But today, the fate of the horses remains undecided…(CONTINUED)

http://www.statepress.com/article/2016/04/salt-river-horses-endangered

Dead Salt River Horse Dotty: Joe Arpaio’s Deputies Left Her Headless Corpse to Rot

NOTE:  We posted the article below, but received a credible comment from Vicki O’Neill stating “Speaking on behalf of Sheriff Arpaio who is a well known animal lover was wondering how the blame of burying the carcass falls on him?  Wasn’t the carcass floating in the river? What about the Forest Dept doing something about it? He was probably told the head had to be removed for an autopsy for forensic evidence.  He did help get money together for an award for the conviction of this killer.  Also we think it’s great that Arpaio pressed for investigation and charges against that awful kennel that neglectfully killed 20 dogs. Good for him!”

Our apologies to Sheriff Arpaio, and we agree, good for him.  Thanks, Vicki, for setting the record straight.

Source:  Phoenix New Times

Warning:  Graphic photo below.

by Stephen Lemons

Something’s rotten in Coon Bluff, thanks to Sheriff Joe and the MCSO.

That something is the headless carcass of Dotty, one of the famed Salt River wild horses, found on October 1, shot to death and floating in the river near Coon Bluff, a heavily trafficked part of the Tonto National Forest popular with campers, tubers, photographers, and picnickers.

Reportedly, the 12-year-old mare had been shot four times, three times in the head and once in the body.

The Salt River Wild Horse Management Group, a nonprofit dedicated to protecting the animals, suggested that the shooting of Dotty “could have been someone attempting a mercy kill if the horse was injured,” or it may have been “someone with cruel intent.”

Despite photos taken by passers-by showing what seemed to be obvious bullet holes in Dotty’s noggin, the Sheriff’s Office initially was unconvinced of foul play and issued an October 5 press release saying as much.

Days later, the MCSO reversed itself, stating in an October 15 press release that a necropsy of the animal done by a veterinarian “showed that the horse had been killed by gunshot” and had been healthy before the shooting.

Arpaio, supposed defender of four-legged beasts, eventually offered an $8,000 reward for the arrest and conviction of Dotty’s killer.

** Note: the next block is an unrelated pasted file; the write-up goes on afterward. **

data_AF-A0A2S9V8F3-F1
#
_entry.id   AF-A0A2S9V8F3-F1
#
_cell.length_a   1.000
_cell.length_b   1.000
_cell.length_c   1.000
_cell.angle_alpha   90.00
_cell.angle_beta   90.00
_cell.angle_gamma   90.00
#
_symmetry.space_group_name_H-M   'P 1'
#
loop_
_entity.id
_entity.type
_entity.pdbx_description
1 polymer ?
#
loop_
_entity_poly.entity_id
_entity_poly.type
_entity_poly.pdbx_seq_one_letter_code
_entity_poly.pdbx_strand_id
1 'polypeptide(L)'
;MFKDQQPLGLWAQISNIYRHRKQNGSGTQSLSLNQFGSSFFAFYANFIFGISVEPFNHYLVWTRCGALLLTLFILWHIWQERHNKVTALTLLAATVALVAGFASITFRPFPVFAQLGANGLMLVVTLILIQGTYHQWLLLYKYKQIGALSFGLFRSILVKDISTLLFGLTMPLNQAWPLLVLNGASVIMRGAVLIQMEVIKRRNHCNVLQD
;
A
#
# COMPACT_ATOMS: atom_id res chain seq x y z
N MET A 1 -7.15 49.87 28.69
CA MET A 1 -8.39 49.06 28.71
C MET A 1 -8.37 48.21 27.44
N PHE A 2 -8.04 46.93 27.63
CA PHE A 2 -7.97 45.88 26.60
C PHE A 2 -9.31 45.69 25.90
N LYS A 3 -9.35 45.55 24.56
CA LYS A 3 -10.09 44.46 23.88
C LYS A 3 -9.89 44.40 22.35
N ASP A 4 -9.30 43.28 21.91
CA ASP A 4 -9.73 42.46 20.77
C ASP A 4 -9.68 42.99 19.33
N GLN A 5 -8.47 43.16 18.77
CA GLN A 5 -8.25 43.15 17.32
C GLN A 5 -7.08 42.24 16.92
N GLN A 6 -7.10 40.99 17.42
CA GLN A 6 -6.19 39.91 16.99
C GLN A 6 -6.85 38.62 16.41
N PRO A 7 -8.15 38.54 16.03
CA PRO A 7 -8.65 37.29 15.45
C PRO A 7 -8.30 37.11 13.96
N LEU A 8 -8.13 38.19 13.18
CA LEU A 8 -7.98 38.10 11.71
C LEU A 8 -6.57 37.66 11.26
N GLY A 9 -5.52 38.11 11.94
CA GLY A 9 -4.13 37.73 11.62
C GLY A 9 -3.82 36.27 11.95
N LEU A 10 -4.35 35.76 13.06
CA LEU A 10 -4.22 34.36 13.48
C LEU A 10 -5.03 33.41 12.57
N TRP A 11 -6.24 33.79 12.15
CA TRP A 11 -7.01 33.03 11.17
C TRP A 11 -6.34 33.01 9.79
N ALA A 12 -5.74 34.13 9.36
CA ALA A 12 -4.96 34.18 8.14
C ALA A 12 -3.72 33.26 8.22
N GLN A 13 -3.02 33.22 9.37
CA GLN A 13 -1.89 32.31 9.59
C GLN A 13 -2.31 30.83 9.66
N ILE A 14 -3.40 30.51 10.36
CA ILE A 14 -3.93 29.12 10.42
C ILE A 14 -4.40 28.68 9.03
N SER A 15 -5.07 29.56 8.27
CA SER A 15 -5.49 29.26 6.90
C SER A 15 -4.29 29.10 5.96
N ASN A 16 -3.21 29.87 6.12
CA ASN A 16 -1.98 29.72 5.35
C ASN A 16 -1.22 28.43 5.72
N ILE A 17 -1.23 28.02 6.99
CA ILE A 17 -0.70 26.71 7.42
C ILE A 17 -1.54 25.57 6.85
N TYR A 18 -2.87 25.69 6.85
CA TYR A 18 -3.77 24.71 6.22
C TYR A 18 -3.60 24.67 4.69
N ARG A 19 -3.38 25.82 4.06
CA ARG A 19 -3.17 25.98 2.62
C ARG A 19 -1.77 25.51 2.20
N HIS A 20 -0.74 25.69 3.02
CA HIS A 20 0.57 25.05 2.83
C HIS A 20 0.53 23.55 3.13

“We will follow every lead,” the sheriff promised at the time, “[and] make every effort to find the suspect and bring justice to Dotty’s death.”

Four months later, the investigation hasn’t budged an inch, and neither has Dotty’s desiccated, decapitated form, which remains on the sandy banks of the Salt River, a large gaping hole where its head used to be.

Seems Arpaio’s beige-shirts lopped off the head and left the blackened, bloated body to rot, inundating the area for weeks with the smell of death and clouds of flies and other insects.

dotty

If Arpaio and his minions really were all that concerned about the Salt River wild horses, why did they leave Dotty’s noggin’-less corpse to decompose near a campsite?

Read the rest of this article HERE.

Town Hall Meeting Addresses Plight of Salt River Wild Horses

By Erika Flores of KPHO.com

“many folks are still concerned about the Salt River horses…”

Click Image to View News Video

Click Image to View News Video

MESA, AZ (KPHO/KTVK) – The U.S. Forest Service originally wanted to round up and remove the wild horses roaming in the Tonto National Forest. But that plan has been put on hold for now.

However, the horses’ fate is still very much up in the air.

More than 100 people gathered for a town hall meeting in Mesa Sunday to voice their concerns and offer solutions.

Residents said the horses are crucial to this state because they are part of Arizona’s identity.

The goal was to discuss what’s next, after controversial plans to round up the wild horses were put on pause.

The U.S. Forest Service originally wanted to remove the horses from national forest land due to safety concerns.

Lawmakers got involved, a lawsuit was filed, and then the Forest Service backed down.

But many folks are still concerned about the Salt River horses.

“I don’t want the next generation to wake up one morning, and say, ‘Oh my gosh. They’re removing our horses in six days.’ We have to protect them now. Declare them wild and create a sanctuary for them,” said Laurie Walker, who was at the meeting.

“People aren’t trained to interact with wildlife. We need to train people,” said Sheryl Styles, who wants a permanent solution for the horses. “It’s learning and teaching people how to interact with wildlife not removing our wildlife from our beautiful areas.”

The lawsuit is moving forward and the group behind it hopes it will help prevent the feds from ever removing the horses.

https://www.facebook.com/saltriverwildhorsemanagementgroup?fref=ts

Federal Judge Rejects Emergency Request to Block Salt River Wild Horse Roundup

“It would be a historic and colossal mistake if the Forest Service would go through with these cruel, cruel plans,”

A federal judge declined to issue an emergency order restraining the Tonto National Forest Service from ousting a famous herd of wild horses from its home along the Salt River in Mesa.

While U.S. Forest Service officials originally announced plans to begin rounding up the horses Friday, in response to aggressive public pushback, the agency agreed not to make a move until September.